The final part of the process—acquiring your government-owned property—will be covered in a future segment.
February 10, 2012 7:06 pm
According to Atlanta-based pest control leader Orkin, the above-average temperatures much of the U.S. has seen recently could mean earlier termite activity. Subterranean termite swarms have already been seen in south-central Florida and will move west into the Gulf states, north into the Carolinas and then spread throughout the country.
When the temperature rises above 60 degrees, termites often swarm inside homes before moving outdoors to search for food and water. Jim Warneke, Orkin's Southeast division technical services manager, noted homeowners should not assume termite swarms are flying ants, a common misperception based on appearance. Termites are found in every state except Alaska and thrive in warm and damp, humid climates.
"Termites get moisture from the ground or use moisture found in a home or building from leaks or condensation," says Warneke. "Moisture combined with increasing temperatures make springtime conditions in the South ideal for termite activity."
Even though termites are most visible in the spring, they can damage property year-round. According to the National Pest Management Association, termites cause about $5 billion in damage per year in the U.S. Warneke suggests homeowners contact a pest management professional if they suspect any termite activity, because the warning signs can be subtle and often go unnoticed until structural damage has already occurred.
"Signs of an infestation can include termite swarms, mud tubes and piles of discarded wings," says Warneke. "After the termites swarm—usually during warm spring days—they can shed their wings and leave piles of them behind."
Termites are attracted to light, so swarms are typically found around lighting fixtures and windowsills. Mud tubes act as a protective tunnel and provide moisture for the termites. The mud tubes are about the size of a pencil and usually run vertically on the inside or outside of a building's foundation.
Warneke recommends the following tips to help prevent termites from entering your home:
• Keep gutters clear, and direct water from downspouts away from your home.
• Do not pile mulch or allow soil to accumulate against your home's siding. This could provide access for termites to enter your home.
• Pay close attention to dirt-filled porches and crawlspaces. Termites could have easy access to wood through cracks in foundation walls or if wood is in contact with the soil.
February 10, 2012 7:06 pm
Love is in the air on Valentine's Day as tokens are exchanged between couples for the sake of St. Valentine. This year instead of the traditional cards, candy and flowers, opt for a present that could leave a lasting, positive effect on your relationship: money management. It's one topic frequently ignored and can cause turmoil in any relationship.
Fighting about finances is a problem in many relationships. According to a study conducted by Money Magazine, 13 percent of couples say they fight about money several times a month. "Worrying about individual finances is a strain by itself, and throwing another person's financial habits into the mix can sometimes be overwhelming," says Steve Johnson, Regional President, M&I, a part of BMO Financial Group. "I'm no Cupid, but agreeing on certain points financially can establish guidelines, direct actions and hopefully prevent future disagreements."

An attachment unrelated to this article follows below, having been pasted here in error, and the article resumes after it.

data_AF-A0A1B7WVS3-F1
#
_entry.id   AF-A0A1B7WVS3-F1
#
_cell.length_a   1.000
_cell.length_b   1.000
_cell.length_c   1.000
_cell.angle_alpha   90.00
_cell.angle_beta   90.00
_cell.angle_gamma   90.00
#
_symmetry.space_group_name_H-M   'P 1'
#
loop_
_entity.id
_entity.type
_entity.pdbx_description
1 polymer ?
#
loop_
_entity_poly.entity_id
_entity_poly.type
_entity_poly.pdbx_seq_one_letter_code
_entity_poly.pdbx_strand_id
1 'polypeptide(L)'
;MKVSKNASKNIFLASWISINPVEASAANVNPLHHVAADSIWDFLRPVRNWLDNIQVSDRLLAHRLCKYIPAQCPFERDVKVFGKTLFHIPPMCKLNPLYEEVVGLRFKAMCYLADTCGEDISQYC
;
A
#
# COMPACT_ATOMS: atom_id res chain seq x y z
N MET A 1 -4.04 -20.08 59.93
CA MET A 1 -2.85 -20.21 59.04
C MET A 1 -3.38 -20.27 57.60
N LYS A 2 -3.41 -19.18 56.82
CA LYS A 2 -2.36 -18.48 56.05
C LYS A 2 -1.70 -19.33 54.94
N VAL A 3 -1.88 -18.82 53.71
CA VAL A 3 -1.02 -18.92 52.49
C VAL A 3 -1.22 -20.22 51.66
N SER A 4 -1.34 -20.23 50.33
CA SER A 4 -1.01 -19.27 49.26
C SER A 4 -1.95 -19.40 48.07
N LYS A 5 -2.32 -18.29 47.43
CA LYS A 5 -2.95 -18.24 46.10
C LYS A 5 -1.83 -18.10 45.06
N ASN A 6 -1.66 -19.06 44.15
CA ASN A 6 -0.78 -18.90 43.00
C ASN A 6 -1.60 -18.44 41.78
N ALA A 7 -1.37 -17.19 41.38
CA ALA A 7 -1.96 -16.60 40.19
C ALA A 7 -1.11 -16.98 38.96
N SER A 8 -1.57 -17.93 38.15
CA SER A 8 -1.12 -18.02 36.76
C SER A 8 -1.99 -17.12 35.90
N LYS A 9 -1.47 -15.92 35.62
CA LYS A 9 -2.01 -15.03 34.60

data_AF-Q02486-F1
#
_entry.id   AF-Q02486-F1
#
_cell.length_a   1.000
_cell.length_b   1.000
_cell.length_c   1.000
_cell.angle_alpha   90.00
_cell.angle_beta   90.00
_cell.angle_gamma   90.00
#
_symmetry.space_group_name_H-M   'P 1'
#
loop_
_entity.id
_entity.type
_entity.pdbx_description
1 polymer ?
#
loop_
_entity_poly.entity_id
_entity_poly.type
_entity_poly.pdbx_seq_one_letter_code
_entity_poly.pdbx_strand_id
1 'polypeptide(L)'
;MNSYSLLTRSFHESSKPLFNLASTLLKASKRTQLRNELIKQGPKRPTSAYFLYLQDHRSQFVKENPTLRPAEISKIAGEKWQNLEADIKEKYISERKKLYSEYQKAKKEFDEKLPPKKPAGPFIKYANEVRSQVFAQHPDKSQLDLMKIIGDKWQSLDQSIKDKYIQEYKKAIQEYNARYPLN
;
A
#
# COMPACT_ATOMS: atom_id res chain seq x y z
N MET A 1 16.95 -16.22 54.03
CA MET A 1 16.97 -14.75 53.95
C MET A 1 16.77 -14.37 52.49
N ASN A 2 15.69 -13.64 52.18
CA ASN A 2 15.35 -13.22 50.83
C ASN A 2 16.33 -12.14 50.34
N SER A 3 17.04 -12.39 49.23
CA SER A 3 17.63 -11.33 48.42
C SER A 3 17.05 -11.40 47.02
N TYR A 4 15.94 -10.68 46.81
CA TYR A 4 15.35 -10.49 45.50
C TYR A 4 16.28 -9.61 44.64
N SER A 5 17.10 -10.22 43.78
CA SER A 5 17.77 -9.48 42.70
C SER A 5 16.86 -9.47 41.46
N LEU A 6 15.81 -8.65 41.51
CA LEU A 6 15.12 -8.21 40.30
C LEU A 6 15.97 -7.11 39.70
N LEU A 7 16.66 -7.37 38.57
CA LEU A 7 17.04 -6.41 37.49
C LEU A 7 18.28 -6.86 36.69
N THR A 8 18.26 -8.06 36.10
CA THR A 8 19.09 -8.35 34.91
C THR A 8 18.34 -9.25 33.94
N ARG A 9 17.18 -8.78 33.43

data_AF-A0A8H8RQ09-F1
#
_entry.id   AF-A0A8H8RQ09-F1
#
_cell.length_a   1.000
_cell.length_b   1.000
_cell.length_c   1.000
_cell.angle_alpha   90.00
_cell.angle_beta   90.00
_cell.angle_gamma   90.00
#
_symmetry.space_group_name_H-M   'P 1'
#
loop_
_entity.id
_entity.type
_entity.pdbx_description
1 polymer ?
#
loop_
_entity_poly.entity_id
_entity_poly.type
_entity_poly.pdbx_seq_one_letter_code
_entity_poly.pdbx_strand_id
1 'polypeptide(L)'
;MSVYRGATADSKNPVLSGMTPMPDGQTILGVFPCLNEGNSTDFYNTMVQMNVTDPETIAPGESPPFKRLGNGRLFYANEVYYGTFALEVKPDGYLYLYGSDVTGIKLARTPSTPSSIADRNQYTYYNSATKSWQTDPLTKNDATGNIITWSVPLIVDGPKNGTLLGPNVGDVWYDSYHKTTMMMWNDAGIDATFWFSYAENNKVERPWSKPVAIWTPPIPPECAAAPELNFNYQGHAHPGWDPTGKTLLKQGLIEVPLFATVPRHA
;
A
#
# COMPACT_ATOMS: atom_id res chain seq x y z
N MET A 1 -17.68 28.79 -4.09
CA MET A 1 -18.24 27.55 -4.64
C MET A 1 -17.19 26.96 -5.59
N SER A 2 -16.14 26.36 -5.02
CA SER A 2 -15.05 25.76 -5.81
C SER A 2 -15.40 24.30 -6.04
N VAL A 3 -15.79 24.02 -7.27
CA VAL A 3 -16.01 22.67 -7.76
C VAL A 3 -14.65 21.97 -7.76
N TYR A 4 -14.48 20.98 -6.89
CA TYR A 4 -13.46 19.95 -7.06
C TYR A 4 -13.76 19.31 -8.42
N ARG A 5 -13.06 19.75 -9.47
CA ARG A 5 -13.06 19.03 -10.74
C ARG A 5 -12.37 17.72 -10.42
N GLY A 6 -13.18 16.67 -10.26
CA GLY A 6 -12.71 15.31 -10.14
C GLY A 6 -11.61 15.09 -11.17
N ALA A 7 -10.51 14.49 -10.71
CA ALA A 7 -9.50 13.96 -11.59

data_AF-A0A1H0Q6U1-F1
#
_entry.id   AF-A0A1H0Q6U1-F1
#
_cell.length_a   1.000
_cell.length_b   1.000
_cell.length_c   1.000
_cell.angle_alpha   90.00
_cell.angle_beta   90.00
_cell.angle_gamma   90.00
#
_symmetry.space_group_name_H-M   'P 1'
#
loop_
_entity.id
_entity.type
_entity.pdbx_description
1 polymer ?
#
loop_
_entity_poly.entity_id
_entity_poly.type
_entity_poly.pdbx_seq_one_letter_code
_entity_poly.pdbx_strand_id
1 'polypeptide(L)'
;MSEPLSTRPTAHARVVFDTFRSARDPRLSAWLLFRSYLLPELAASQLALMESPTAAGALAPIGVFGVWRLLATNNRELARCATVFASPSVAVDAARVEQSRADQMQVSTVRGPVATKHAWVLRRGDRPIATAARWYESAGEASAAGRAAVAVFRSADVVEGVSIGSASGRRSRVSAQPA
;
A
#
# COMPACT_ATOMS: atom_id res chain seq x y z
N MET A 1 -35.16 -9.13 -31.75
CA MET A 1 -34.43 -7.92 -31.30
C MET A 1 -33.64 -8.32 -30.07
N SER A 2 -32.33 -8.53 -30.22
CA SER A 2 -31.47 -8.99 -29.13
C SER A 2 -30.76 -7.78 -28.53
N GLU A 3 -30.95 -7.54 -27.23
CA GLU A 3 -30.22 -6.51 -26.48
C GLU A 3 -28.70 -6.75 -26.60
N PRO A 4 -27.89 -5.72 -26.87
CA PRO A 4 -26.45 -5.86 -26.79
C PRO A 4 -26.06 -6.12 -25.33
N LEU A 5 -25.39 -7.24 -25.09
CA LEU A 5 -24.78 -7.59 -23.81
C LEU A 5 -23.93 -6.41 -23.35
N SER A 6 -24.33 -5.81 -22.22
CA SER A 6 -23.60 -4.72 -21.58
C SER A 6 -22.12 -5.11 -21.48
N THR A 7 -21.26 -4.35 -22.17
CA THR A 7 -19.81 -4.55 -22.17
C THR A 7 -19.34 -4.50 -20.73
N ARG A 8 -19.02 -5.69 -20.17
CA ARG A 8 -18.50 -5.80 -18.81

Johnson suggests four financial topics that every couple should discuss:
Budget: Establishing a budget for certain monthly items like dining out, entertainment purchases, and grocery spending can help make future arguments disappear. At least once a month, there should be a regular "budget night" where you and your partner get together to discuss your joint financial status. You can review spending and savings activities, and then make financial adjustments and decisions together.
Prior Debt: Coming into a relationship, you or your partner may have student loans, a car loan, credit cards, overdraft lines of credit, etc. Cash flow can be greatly affected by previously accumulated debt. Additionally, a big influence on your financial health as a couple is the way you each handle your debt obligations. Knowing your partner's credit history can offer a glimpse into the future. If either or both of you have had problems making payments in the past, that can have a negative impact on your ability to rent an apartment, get a joint loan, and will result in higher rates charged by utility and insurance companies. Developing a plan to improve upon past mistakes can remove a lot of strain from your relationship.
Savings Goals: Whether you want to save for a trip around the world or want to put money in your 401(k), financial goals need to be established up front. For most, the top three financial goals include buying a home, saving for retirement and building up an education savings account. Making your wishes known to your partner can help the two of you establish a financial plan that incorporates what is important to both of you.
Major Purchases: Be open and honest about major purchases. Simply discussing a purchase beforehand can save you from a potential fight.
Financials do not have to become a stress point within a relationship, so this Valentine's Day say "I love you" with a thoughtful conversation about finances. By discussing financial topics and handling resources as a team, managing money as a couple can be a little easier.
Source: BMO Harris Bank N.A.